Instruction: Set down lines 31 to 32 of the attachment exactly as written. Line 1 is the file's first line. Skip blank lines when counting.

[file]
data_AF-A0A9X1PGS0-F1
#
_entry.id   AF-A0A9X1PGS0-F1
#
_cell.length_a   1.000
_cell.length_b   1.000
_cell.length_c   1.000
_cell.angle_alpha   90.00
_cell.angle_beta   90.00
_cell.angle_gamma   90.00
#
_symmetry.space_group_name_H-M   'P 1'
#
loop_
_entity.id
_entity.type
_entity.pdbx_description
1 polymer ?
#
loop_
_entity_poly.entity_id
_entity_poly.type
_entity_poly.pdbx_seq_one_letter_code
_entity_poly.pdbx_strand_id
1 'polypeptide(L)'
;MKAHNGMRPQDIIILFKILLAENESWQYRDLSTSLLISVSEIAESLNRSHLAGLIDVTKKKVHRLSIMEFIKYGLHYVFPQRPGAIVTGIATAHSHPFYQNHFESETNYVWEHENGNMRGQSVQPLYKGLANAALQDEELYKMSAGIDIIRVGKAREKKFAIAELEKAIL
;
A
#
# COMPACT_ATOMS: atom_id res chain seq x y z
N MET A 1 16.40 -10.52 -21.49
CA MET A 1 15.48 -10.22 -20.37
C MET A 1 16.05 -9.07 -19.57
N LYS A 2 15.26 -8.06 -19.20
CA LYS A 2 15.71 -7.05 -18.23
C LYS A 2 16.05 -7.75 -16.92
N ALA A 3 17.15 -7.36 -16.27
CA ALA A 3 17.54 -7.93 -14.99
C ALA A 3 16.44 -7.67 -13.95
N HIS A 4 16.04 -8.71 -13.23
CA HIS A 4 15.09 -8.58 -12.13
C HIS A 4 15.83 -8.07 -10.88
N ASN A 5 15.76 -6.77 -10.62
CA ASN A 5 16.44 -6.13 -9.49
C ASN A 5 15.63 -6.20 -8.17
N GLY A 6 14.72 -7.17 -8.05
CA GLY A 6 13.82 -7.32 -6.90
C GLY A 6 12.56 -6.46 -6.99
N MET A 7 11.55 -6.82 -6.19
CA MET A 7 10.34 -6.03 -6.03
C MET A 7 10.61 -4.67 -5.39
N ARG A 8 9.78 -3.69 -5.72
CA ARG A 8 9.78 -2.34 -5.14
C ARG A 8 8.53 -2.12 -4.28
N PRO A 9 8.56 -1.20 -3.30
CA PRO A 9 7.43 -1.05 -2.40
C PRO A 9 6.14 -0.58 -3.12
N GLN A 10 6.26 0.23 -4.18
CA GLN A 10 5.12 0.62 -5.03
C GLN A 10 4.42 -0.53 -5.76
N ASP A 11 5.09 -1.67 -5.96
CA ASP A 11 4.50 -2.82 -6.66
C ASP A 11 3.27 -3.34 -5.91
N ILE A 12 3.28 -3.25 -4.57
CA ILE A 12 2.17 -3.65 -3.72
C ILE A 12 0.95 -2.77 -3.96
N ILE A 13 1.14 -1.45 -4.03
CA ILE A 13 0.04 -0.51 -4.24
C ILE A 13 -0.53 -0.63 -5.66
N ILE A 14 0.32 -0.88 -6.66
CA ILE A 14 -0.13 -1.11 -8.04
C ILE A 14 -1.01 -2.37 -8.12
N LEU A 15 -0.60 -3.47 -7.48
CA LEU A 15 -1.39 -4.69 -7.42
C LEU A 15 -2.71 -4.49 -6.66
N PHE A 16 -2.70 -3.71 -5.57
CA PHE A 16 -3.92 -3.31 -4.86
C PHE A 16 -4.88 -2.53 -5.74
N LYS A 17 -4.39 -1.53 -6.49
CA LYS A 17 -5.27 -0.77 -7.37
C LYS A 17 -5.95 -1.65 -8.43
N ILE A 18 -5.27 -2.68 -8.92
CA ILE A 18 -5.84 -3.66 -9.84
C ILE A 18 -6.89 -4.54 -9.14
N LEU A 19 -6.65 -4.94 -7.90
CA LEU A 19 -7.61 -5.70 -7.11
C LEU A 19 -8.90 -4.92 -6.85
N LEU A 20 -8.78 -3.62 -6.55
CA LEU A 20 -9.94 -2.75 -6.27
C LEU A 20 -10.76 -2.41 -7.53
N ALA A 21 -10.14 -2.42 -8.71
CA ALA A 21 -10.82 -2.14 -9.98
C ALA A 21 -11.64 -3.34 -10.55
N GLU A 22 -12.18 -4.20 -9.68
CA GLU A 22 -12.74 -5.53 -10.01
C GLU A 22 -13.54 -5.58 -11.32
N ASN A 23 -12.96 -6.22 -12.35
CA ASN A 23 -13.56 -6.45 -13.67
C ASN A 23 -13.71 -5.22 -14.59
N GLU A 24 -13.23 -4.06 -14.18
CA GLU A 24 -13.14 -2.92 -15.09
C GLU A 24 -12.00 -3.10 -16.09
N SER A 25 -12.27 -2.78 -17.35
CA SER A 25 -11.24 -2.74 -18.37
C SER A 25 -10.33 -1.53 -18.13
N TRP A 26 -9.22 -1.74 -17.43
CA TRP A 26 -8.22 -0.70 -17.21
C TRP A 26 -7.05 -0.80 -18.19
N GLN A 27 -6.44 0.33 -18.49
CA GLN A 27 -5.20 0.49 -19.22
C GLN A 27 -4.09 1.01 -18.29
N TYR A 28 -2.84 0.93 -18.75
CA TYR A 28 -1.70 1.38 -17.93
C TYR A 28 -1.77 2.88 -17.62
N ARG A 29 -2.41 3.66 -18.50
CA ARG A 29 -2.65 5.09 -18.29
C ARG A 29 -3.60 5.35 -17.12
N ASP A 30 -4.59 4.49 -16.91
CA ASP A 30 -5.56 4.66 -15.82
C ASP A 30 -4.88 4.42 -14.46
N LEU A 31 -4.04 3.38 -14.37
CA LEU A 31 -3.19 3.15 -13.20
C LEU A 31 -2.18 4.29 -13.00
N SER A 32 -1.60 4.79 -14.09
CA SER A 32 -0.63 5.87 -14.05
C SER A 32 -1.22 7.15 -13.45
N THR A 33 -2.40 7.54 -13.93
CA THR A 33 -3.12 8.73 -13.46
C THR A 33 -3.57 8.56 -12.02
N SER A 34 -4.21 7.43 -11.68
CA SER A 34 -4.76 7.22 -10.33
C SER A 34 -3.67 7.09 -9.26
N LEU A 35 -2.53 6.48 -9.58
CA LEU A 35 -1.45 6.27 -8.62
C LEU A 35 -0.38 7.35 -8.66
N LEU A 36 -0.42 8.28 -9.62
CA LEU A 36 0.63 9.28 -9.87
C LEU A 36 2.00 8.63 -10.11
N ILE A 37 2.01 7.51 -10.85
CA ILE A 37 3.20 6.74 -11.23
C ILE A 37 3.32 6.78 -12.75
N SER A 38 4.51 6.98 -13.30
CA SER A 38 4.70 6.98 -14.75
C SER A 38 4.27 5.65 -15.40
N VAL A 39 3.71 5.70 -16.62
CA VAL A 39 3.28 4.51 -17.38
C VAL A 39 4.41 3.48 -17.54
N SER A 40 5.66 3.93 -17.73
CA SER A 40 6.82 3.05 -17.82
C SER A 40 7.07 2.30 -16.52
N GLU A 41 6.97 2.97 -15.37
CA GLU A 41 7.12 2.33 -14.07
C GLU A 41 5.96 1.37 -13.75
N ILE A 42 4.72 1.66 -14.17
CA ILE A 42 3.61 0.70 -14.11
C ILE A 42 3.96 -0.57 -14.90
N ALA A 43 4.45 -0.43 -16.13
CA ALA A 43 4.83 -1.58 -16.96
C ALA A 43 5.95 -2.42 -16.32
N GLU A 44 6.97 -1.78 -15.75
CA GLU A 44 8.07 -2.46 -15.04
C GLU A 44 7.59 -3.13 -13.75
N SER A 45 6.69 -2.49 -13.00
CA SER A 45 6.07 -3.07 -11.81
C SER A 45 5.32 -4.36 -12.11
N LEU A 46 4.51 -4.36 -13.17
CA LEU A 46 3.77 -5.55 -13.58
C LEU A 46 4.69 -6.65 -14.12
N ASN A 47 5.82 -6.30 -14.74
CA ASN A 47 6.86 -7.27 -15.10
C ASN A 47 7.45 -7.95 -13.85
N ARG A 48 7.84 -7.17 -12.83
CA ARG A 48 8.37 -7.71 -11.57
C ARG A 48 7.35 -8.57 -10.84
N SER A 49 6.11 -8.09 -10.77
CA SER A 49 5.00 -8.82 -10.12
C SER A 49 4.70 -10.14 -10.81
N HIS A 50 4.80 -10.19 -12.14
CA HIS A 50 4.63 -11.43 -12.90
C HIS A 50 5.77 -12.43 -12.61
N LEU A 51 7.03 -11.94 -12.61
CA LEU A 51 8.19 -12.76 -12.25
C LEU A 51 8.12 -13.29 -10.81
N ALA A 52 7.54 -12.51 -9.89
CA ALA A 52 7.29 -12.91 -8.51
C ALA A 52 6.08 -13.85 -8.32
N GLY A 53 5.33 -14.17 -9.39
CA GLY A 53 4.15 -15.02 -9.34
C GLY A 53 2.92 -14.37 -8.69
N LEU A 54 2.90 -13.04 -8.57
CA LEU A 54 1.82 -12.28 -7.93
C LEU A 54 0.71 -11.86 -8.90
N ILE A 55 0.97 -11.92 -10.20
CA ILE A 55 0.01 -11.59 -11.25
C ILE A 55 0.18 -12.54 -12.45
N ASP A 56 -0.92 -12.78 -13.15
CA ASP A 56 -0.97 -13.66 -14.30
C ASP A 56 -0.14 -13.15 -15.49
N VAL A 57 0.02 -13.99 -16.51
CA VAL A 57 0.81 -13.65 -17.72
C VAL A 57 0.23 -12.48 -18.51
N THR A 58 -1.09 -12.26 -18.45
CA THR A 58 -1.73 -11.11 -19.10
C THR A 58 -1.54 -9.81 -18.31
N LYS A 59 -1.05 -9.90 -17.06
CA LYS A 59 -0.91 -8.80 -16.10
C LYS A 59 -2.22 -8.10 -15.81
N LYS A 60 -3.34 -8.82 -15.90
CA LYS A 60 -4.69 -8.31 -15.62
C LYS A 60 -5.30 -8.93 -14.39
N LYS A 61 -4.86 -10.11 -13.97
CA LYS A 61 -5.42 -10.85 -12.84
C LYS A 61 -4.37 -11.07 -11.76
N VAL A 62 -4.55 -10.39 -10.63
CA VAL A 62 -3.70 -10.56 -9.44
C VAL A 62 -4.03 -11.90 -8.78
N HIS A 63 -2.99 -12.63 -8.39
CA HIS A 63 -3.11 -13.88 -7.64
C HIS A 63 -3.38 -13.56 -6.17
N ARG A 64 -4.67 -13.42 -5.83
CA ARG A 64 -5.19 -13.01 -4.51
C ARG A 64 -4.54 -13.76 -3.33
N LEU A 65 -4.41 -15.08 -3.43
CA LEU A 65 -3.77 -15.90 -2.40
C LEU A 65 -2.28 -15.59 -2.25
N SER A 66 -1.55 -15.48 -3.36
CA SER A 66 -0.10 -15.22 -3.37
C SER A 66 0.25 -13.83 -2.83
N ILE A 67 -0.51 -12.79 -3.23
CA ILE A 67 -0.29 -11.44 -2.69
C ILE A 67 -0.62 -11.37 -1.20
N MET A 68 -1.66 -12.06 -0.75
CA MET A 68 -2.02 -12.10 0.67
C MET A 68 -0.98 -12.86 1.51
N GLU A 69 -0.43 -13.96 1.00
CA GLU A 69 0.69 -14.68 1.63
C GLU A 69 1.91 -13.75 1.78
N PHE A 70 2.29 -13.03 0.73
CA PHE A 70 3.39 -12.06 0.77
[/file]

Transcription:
N MET A 1 16.40 -10.52 -21.49
CA MET A 1 15.48 -10.22 -20.37